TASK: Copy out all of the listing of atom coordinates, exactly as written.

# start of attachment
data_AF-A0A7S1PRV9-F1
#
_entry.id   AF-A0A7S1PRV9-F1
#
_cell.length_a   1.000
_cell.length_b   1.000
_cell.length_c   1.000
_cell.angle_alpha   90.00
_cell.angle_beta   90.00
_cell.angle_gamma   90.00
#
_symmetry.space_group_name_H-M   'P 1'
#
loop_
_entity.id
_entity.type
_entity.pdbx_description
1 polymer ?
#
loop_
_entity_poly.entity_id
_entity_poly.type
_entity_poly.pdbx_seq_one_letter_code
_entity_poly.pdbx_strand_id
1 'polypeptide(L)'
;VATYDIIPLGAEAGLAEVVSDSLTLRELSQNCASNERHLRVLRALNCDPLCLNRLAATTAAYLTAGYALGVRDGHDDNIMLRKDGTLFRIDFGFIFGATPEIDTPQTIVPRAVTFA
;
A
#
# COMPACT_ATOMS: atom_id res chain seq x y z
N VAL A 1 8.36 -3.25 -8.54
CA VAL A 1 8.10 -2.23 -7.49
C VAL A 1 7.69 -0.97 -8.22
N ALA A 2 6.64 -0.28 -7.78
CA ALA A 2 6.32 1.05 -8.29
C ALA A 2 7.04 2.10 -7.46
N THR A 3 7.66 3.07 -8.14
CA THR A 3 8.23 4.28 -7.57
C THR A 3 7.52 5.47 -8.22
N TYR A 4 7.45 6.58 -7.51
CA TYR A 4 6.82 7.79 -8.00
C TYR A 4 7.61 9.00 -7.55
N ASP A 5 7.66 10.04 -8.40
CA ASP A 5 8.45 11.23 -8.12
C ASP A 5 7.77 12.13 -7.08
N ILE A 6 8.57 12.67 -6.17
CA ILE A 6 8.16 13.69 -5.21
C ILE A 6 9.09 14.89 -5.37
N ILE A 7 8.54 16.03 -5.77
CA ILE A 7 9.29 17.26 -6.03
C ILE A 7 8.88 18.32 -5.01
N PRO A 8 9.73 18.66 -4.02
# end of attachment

data_AF-A0A7S1PRV9-F1
#
_entry.id   AF-A0A7S1PRV9-F1
#
_cell.length_a   1.000
_cell.length_b   1.000
_cell.length_c   1.000
_cell.angle_alpha   90.00
_cell.angle_beta   90.00
_cell.angle_gamma   90.00
#
_symmetry.space_group_name_H-M   'P 1'
#
loop_
_entity.id
_entity.type
_entity.pdbx_description
1 polymer ?
#
loop_
_entity_poly.entity_id
_entity_poly.type
_entity_poly.pdbx_seq_one_letter_code
_entity_poly.pdbx_strand_id
1 'polypeptide(L)'
;VATYDIIPLGAEAGLAEVVSDSLTLRELSQNCASNERHLRVLRALNCDPLCLNRLAATTAAYLTAGYALGVRDGHDDNIMLRKDGTLFRIDFGFIFGATPEIDTPQTIVPRAVTFA
;
A
#
# COMPACT_ATOMS: atom_id res chain seq x y z
N VAL A 1 8.36 -3.25 -8.54
CA VAL A 1 8.10 -2.23 -7.49
C VAL A 1 7.69 -0.97 -8.22
N ALA A 2 6.64 -0.28 -7.78
CA ALA A 2 6.32 1.05 -8.29
C ALA A 2 7.04 2.10 -7.46
N THR A 3 7.66 3.07 -8.14
CA THR A 3 8.23 4.28 -7.57
C THR A 3 7.52 5.47 -8.22
N TYR A 4 7.45 6.58 -7.51
CA TYR A 4 6.82 7.79 -8.00
C TYR A 4 7.61 9.00 -7.55
N ASP A 5 7.66 10.04 -8.40
CA ASP A 5 8.45 11.23 -8.12
C ASP A 5 7.77 12.13 -7.08
N ILE A 6 8.57 12.67 -6.17
CA ILE A 6 8.16 13.69 -5.21
C ILE A 6 9.09 14.89 -5.37
N ILE A 7 8.54 16.03 -5.77
CA ILE A 7 9.29 17.26 -6.03
C ILE A 7 8.88 18.32 -5.01
N PRO A 8 9.73 18.66 -4.02